More information about the coronavirus and restrictions related to it is available calling 1247 (from abroad +372 600 1247).

Restrictions in everyday life

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Restrictions in force in Estonia

Starting from August 26 it is compulsory to cover one's nose and mouth in public transport, including in trains and ferries. Children under the age of 12 do not have to wear a mask.


Starting from August 26 it is compulsory to wear a mask in unchecked public indoor spaces. This mainly pertains to commercial and service establishments but also state and local government agencies. A mask must be worn in stores, pharmacies, service offices of telecommunication enterprises and banks, libraries, but also the service bureaus of the Police and Border Guard Board, the Social Insurance Board, or the Health Board, and elsewhere. A mask must not be worn by children under the age of 12 or people for whom wearing a mask is not reasonable due to health concerns or for other substantial reasons.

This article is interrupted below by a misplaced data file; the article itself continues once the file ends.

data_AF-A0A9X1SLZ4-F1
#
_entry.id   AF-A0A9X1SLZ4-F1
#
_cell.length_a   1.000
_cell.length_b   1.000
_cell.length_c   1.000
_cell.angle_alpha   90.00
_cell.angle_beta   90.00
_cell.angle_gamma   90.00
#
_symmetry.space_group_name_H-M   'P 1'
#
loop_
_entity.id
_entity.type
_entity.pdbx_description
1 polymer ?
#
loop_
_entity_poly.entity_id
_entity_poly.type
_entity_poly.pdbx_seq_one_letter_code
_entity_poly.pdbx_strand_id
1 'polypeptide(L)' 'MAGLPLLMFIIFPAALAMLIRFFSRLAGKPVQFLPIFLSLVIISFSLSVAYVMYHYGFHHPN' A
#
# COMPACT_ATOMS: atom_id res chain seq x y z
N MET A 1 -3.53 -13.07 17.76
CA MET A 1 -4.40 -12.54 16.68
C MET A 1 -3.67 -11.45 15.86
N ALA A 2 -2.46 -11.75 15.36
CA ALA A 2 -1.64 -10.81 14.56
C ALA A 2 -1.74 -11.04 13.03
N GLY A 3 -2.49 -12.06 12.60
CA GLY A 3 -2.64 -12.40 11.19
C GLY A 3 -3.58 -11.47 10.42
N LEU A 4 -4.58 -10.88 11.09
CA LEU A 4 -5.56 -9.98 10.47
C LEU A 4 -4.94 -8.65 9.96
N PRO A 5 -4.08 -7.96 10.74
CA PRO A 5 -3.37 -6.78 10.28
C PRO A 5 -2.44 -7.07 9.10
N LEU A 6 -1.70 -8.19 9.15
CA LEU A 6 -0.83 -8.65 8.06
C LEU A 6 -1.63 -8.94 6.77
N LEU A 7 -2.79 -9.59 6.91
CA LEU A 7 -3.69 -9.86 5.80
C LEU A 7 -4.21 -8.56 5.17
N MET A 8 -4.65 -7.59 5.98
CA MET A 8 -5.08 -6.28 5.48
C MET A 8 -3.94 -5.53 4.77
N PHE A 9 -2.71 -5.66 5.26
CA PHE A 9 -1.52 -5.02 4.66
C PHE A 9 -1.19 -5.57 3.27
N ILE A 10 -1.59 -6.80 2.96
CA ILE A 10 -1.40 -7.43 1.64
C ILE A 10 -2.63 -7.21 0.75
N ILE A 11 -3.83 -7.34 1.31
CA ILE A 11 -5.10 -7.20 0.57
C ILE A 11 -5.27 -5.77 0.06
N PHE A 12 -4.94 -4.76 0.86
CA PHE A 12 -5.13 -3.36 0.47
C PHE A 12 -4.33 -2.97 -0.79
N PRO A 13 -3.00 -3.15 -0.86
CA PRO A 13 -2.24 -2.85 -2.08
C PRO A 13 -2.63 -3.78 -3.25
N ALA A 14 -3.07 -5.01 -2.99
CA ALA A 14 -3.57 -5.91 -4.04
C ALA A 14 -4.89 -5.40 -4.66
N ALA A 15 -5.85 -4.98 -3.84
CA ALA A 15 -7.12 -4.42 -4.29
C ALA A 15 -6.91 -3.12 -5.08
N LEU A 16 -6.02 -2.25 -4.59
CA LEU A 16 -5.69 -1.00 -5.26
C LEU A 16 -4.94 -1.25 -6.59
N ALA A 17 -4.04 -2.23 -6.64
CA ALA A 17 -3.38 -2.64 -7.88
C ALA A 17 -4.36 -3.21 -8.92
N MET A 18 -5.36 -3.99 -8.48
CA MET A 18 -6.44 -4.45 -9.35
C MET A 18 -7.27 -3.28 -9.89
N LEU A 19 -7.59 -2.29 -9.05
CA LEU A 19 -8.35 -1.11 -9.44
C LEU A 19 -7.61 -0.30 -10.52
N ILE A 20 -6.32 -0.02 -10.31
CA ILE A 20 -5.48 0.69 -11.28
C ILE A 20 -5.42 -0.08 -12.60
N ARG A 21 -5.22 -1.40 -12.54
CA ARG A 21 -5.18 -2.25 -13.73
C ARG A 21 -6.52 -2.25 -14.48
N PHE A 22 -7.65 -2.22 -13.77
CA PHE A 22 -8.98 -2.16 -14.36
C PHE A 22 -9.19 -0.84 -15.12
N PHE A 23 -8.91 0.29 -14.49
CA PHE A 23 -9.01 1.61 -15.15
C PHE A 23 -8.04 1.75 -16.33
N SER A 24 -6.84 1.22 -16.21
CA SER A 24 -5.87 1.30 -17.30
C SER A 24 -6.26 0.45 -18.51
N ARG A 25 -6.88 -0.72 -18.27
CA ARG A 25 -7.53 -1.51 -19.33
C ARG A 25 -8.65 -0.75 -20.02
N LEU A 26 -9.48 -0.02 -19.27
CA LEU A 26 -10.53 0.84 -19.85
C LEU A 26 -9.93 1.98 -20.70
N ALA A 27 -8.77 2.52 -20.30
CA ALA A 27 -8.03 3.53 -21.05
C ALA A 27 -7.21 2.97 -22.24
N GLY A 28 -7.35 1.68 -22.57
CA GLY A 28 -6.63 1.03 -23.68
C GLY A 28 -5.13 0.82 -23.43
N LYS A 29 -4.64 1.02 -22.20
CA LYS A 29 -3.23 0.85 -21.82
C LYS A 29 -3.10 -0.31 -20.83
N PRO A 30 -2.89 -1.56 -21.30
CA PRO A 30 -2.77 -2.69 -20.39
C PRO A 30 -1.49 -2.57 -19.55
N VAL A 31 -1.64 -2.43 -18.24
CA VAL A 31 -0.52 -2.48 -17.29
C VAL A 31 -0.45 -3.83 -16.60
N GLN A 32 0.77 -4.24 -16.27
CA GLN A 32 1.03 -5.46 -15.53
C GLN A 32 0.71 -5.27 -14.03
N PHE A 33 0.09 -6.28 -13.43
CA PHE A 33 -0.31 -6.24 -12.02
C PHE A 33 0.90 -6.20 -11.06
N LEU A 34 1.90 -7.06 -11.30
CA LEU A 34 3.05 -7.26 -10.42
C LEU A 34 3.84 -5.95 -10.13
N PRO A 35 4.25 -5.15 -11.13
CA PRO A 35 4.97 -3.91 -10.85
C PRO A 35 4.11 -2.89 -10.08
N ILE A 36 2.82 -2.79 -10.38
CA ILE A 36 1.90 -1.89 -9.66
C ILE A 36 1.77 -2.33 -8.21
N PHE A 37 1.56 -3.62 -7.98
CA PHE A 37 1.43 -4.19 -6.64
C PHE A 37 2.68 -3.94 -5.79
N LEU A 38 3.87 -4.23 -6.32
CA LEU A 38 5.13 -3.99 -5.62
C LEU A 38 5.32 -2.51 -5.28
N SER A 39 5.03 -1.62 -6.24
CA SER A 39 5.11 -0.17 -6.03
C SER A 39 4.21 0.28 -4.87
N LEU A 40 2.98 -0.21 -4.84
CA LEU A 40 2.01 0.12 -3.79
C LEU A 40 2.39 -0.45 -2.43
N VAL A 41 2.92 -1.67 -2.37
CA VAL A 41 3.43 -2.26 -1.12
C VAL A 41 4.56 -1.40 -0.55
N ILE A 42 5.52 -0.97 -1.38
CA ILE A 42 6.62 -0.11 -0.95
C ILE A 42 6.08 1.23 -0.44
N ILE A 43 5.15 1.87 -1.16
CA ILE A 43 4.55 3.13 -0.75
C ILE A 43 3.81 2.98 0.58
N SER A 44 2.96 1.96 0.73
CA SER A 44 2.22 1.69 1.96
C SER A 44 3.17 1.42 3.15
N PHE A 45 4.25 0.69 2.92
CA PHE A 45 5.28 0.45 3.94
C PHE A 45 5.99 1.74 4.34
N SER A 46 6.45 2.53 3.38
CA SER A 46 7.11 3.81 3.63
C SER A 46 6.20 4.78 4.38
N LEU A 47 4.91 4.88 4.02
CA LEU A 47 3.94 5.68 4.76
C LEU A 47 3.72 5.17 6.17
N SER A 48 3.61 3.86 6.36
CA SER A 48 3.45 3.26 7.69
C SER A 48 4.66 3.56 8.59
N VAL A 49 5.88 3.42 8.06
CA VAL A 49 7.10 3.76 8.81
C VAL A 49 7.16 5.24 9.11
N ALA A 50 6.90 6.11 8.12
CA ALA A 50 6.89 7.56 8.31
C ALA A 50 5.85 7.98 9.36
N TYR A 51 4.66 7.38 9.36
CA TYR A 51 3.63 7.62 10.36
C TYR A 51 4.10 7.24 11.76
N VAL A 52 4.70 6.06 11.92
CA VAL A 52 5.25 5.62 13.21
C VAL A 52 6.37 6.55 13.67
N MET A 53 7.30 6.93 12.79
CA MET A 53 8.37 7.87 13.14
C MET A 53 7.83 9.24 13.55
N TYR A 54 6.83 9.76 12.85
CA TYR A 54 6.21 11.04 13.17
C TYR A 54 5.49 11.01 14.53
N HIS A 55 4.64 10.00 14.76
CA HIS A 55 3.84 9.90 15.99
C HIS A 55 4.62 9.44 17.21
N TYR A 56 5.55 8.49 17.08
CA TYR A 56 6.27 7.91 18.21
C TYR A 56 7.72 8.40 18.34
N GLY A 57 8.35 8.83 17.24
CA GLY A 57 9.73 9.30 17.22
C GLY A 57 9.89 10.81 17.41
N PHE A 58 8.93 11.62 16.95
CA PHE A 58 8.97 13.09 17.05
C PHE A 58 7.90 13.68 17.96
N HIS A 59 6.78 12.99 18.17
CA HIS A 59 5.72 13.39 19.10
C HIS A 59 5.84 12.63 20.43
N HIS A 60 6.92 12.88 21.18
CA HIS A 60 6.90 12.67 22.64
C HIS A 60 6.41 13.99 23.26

Commercial enterprises and service providers

Starting from August 26 it is compulsory to wear a mask in stores and service facilities, disinfectants must be available and disinfection requirements must be fulfilled according to the instructions of the Health Board, and the requirement to disperse people must also be followed.


Catering establishments

Starting from August 26, all customers in catering establishments must present a COVID certificate proving vaccination, recovery or a prior negative test result. It is not necessary to present a sertificate for buying food as takeaway, but a mask must be worn. Consuming on the spot is allowed only if checking the COVID-19 certificates is ensured, and this applies even if the catering establishment is rented out, e.g. for birthdays, company parties or other private events. It is not necessary to present the certificate to buy food as takeaway or provide delivery services but in that case a mask must be worn.


Worship services

Starting from August 26 it is allowed to carry out public worship services and religious services in a way that indoors up to 50 people may participate in them (outdoors up to 100) in places of worship or a 50% maximum occupancy requirement has to be observed. A mask must be worn. If the participation numbers exceed these limits, the infection risk status of people must be checked.

The exception does not extend to church concerts which fall under the requirements set to organising events.


Museums, exhibition venues